Friday, September 2, 2011

Vegetarian Pasta Lunches

Obviously it’s a challenge to move into a vegetarian direction when you’ve eaten meals planned around meat your entire life.  Getting started on this transition to being “almost vegetarian” was really tough.  Early on I found vegetarian spaghetti to be my “go to” lunch, and personalized my own easy spaghetti recipes.  I have a few other vegetarian pasta favorites too, like tortellini. 

I start many of my vegetarian pasta lunches with a simple sauce of crushed tomatoes simmered down with lots of fresh crushed garlic and some olive oil. 

My runaway favorite combination of vegetables is sautéed onions, mushrooms and spinach.  Most any onions will do, but my favorite is purple onion.  It cooks up nicely sweet, and keeps its texture well.  I throw these in the pan first.  Then I throw some sliced mushrooms into the hot pan.  I like the baby bellas.  Lastly I sauté spinach. 

Our local organic produce plan has yielded lots of zucchini this year.  I cut a zucchini in half length-wise, then cut it crosswise in slices.  Sauté zucchini in olive oil, then toss with pasta and sauce.  How easy is that? 

Our local organic produce plan has also yielded lots of fresh basil this year.  I decided to try making pesto, and it is a new favorite!  I use a food processor, and start with about a half cup of raw almonds, and process until fairly small.  Cashews or walnuts work well too, but the almonds are my favorite.  Then I add about a half cup of grated Asiago or Parmesan cheese, and about a cup lightly packed basil, and process.  Then I drizzle in olive oil until my pesto is like a spread. 

Don’t always have fresh produce?  No problem.  You can still have a tasty vegetarian spaghetti.  I keep a few cans of artichoke hearts, sliced carrots, and English peas in my pantry.  Just slice the carrot rounds into about 4-5 matchstick pieces, and slice artichoke hearts lengthwise 3 to 5 times.  Mix into your tomato sauce along with peas.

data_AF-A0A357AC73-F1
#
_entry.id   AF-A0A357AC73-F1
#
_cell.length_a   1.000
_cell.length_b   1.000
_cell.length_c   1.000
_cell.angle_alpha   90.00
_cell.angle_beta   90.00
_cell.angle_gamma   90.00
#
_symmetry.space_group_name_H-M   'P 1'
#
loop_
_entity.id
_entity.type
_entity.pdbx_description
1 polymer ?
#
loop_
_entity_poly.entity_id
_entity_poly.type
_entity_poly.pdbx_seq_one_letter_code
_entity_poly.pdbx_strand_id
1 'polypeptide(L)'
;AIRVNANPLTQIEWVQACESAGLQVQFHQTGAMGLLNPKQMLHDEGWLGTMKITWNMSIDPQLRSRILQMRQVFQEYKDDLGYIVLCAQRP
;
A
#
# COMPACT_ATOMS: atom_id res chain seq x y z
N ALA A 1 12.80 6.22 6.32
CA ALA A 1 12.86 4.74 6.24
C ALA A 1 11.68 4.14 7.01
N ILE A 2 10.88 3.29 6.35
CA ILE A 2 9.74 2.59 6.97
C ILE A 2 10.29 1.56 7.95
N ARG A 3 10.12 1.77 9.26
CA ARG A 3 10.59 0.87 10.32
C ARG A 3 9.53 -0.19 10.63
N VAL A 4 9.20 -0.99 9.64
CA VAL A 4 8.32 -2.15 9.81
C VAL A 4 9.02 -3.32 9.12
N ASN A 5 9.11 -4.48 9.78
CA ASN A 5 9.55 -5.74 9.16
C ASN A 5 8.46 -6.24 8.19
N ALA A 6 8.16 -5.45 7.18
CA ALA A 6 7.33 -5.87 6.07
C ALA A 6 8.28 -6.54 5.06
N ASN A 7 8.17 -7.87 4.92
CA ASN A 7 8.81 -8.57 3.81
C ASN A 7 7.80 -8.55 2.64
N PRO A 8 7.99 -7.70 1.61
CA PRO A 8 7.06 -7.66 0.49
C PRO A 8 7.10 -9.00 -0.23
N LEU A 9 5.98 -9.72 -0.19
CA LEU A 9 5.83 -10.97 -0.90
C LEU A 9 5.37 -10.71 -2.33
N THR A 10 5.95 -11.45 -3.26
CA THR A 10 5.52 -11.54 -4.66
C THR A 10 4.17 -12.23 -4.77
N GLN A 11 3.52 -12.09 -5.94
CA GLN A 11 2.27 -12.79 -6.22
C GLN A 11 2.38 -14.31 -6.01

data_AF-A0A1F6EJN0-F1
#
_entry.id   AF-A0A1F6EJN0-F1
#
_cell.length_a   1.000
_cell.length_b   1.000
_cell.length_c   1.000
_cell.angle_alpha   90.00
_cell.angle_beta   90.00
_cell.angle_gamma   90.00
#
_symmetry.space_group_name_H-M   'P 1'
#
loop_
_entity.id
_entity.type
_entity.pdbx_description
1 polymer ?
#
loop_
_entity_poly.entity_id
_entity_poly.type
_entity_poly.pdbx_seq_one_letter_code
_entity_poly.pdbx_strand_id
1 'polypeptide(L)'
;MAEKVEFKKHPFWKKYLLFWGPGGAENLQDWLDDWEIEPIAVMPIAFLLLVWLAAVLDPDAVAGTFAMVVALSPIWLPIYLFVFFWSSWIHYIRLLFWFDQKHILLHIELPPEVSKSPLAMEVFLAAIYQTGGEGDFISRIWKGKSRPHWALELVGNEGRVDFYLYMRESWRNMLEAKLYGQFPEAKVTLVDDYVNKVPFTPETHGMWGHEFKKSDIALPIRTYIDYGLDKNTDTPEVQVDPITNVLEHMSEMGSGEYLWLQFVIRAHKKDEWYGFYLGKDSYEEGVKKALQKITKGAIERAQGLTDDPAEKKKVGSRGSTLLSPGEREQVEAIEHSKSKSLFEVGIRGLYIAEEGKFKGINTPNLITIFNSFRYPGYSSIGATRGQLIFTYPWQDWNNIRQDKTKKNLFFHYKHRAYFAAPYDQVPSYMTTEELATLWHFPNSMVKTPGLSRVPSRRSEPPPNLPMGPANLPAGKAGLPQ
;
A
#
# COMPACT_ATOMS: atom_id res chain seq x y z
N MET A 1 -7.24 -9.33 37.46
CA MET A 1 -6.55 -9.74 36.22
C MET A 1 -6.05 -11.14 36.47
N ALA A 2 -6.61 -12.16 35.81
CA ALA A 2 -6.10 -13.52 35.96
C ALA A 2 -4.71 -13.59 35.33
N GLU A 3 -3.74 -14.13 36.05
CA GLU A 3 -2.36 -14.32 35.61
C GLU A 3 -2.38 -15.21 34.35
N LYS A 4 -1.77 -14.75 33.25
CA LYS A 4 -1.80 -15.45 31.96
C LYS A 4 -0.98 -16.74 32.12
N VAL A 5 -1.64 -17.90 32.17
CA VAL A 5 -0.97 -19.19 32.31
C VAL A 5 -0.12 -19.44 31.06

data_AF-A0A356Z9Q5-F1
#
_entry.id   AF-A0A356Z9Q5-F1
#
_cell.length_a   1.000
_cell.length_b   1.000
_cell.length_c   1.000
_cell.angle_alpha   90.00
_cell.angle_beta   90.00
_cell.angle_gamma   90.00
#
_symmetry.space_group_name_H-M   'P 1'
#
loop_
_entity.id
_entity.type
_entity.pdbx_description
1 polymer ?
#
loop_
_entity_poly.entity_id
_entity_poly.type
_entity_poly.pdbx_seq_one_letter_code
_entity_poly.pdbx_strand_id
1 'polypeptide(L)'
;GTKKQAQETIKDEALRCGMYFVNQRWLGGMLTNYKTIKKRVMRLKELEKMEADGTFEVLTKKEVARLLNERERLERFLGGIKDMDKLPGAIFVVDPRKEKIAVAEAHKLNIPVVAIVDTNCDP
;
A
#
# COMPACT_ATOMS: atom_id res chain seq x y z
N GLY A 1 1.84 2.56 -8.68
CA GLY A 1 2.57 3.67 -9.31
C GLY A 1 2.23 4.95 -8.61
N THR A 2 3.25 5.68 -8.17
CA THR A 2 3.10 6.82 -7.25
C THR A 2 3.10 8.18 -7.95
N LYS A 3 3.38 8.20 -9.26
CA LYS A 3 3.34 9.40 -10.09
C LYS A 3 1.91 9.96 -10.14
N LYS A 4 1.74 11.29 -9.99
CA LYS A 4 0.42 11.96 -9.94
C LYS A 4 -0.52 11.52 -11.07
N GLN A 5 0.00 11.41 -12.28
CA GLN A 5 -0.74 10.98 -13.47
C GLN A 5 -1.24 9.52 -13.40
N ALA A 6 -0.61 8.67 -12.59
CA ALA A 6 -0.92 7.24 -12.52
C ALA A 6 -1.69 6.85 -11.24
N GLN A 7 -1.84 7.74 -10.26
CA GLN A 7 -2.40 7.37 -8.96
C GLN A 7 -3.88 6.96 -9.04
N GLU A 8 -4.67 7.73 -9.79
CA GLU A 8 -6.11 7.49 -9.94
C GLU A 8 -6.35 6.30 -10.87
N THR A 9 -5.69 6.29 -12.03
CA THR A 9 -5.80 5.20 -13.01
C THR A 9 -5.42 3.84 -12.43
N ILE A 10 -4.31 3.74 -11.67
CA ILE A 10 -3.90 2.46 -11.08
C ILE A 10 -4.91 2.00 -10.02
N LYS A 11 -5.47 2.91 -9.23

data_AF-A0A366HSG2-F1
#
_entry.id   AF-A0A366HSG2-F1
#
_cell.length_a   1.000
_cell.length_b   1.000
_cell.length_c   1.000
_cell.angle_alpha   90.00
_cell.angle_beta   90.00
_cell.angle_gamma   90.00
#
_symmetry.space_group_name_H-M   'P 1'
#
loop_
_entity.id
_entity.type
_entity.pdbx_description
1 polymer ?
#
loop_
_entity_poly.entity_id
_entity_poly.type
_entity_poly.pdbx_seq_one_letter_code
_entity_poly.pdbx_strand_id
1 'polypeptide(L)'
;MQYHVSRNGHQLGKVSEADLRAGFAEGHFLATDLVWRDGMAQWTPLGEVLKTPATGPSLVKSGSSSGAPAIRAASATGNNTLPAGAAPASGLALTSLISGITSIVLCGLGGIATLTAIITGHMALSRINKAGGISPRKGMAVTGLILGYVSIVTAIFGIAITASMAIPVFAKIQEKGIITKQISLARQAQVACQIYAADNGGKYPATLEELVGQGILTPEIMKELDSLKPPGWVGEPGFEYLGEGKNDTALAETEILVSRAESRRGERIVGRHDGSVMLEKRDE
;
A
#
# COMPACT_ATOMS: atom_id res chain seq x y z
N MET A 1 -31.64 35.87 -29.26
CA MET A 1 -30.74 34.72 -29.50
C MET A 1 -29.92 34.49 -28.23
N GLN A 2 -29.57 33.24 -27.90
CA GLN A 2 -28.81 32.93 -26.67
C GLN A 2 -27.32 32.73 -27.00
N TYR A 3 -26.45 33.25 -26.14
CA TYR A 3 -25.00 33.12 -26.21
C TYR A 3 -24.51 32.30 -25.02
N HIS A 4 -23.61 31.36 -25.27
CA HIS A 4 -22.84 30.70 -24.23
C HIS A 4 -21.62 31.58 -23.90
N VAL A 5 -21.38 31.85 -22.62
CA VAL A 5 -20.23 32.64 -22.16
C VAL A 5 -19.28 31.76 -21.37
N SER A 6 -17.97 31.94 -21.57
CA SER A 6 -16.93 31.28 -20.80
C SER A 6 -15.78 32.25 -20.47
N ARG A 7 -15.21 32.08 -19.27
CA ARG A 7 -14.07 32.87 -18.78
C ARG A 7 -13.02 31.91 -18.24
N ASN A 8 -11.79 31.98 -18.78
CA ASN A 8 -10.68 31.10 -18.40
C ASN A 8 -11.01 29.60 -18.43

My new favorite jarred spaghetti sauce is Mezzetta Napa Valley Bistro Arrabbiata pasta sauce with crushed red chilies.  It’s about $4.50 for a 25 oz jar at HEB, and a bit more from their website.  I can eat it over pasta with nothing added, but it’s also good with some purple onion and Kalamata olives.   

For a decadent treat, I like Bertolli Garlic Alfredo pasta sauce over cheese tortellini or bowtie pasta, with sautéed spinach, mushrooms, and onion.  The Bertolli is super thick, so I thin it out with a little white wine.  To me, the Bertolli is far superior to the other Alfredo sauces on the shelf. 

Thursday, September 1, 2011

Caprese Salad


This year my household decided to participate in the Scott Arbor local organic produce program.  We’ve gotten fresh basil almost every week, and had a short run of small but terrific, flavorful tomatoes.  I decided to do my take on Caprese Salad.  You know, the tomato and mozzarella “salad”, with basil and balsamic vinegar. 

I’ve really loved making fresh pesto with the basil, so decided to use pesto rather than just sprinkle with basil leaves or chopped basil.  I also thought it would be a nice touch to make a balsamic reduction, instead of just drizzling with balsamic vinegar.  Since my chunk of mozzarella was fairly large, and my tomatoes very small, I decided to chop both!  I told you it was “my take” on Caprese Salad. 

For the pesto, I put about a half cup of almonds in the food processor and processed until fairly small.  Then I added about a half cup of grated Asiago cheese, and my basil, which was probably about a cup lightly packed, and processed.  Then I drizzled in olive oil until my pesto was like a spread.  I have also made pesto with cashews and Parmesan cheese, and I have heard others use walnuts. 

The balsamic reduction was super easy.  I put one cup of balsamic vinegar in a small skillet, and heated on low until it was reduced by about half. 

Finally, I mixed my chopped mozzarella and tomatoes, topped with basil, then topped with my balsamic reduction.  This Caprese Salad was absolutely fabulous!  I sure wish the tomatoes were still producing, but alas the Texas heat is not kind to tomatoes.  I haven’t found Texas to have the great tasting super ripe tomatoes that I always enjoyed in the Carolinas- except those few weeks of small tomatoes from Scott Arbor.  At least I can enjoy my fresh pesto and pasta each week.